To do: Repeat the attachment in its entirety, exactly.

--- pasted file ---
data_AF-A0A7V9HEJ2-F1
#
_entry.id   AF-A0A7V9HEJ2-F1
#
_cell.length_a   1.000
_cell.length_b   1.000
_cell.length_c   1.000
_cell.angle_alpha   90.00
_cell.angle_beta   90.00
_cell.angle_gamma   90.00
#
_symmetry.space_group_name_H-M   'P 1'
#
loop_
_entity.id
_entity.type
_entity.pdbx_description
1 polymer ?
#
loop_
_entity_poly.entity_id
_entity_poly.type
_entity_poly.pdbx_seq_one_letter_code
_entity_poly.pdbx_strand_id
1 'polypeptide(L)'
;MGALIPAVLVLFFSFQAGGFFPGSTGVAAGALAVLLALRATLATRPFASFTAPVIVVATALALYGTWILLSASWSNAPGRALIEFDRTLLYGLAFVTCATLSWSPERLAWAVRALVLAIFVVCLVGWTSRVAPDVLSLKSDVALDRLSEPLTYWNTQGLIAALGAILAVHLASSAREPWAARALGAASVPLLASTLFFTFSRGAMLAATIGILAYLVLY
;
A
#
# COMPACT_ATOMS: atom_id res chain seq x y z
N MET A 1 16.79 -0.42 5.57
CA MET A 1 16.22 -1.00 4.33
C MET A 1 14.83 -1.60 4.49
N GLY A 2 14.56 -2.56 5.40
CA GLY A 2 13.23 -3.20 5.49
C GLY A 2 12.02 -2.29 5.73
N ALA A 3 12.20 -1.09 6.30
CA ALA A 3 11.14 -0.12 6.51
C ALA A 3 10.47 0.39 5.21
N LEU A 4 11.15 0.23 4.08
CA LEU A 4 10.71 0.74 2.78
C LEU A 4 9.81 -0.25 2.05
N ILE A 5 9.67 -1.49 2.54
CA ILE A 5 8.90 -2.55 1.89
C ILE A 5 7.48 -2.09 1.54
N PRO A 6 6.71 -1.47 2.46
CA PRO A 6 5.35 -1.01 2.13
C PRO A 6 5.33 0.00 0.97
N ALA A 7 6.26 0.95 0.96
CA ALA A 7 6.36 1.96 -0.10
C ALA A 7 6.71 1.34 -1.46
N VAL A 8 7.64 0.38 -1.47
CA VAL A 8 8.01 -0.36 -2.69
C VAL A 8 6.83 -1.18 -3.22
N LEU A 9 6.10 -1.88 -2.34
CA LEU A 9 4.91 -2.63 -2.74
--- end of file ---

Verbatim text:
data_AF-A0A7V9HEJ2-F1
#
_entry.id   AF-A0A7V9HEJ2-F1
#
_cell.length_a   1.000
_cell.length_b   1.000
_cell.length_c   1.000
_cell.angle_alpha   90.00
_cell.angle_beta   90.00
_cell.angle_gamma   90.00
#
_symmetry.space_group_name_H-M   'P 1'
#
loop_
_entity.id
_entity.type
_entity.pdbx_description
1 polymer ?
#
loop_
_entity_poly.entity_id
_entity_poly.type
_entity_poly.pdbx_seq_one_letter_code
_entity_poly.pdbx_strand_id
1 'polypeptide(L)'
;MGALIPAVLVLFFSFQAGGFFPGSTGVAAGALAVLLALRATLATRPFASFTAPVIVVATALALYGTWILLSASWSNAPGRALIEFDRTLLYGLAFVTCATLSWSPERLAWAVRALVLAIFVVCLVGWTSRVAPDVLSLKSDVALDRLSEPLTYWNTQGLIAALGAILAVHLASSAREPWAARALGAASVPLLASTLFFTFSRGAMLAATIGILAYLVLY
;
A
#
# COMPACT_ATOMS: atom_id res chain seq x y z
N MET A 1 16.79 -0.42 5.57
CA MET A 1 16.22 -1.00 4.33
C MET A 1 14.83 -1.60 4.49
N GLY A 2 14.56 -2.56 5.40
CA GLY A 2 13.23 -3.20 5.49
C GLY A 2 12.02 -2.29 5.73
N ALA A 3 12.20 -1.09 6.30
CA ALA A 3 11.14 -0.12 6.51
C ALA A 3 10.47 0.39 5.21
N LEU A 4 11.15 0.23 4.08
CA LEU A 4 10.71 0.74 2.78
C LEU A 4 9.81 -0.25 2.05
N ILE A 5 9.67 -1.49 2.54
CA ILE A 5 8.90 -2.55 1.89
C ILE A 5 7.48 -2.09 1.54
N PRO A 6 6.71 -1.47 2.46
CA PRO A 6 5.35 -1.01 2.13
C PRO A 6 5.33 0.00 0.97
N ALA A 7 6.26 0.95 0.96
CA ALA A 7 6.36 1.96 -0.10
C ALA A 7 6.71 1.34 -1.46
N VAL A 8 7.64 0.38 -1.47
CA VAL A 8 8.01 -0.36 -2.69
C VAL A 8 6.83 -1.18 -3.22
N LEU A 9 6.10 -1.88 -2.34
CA LEU A 9 4.91 -2.63 -2.74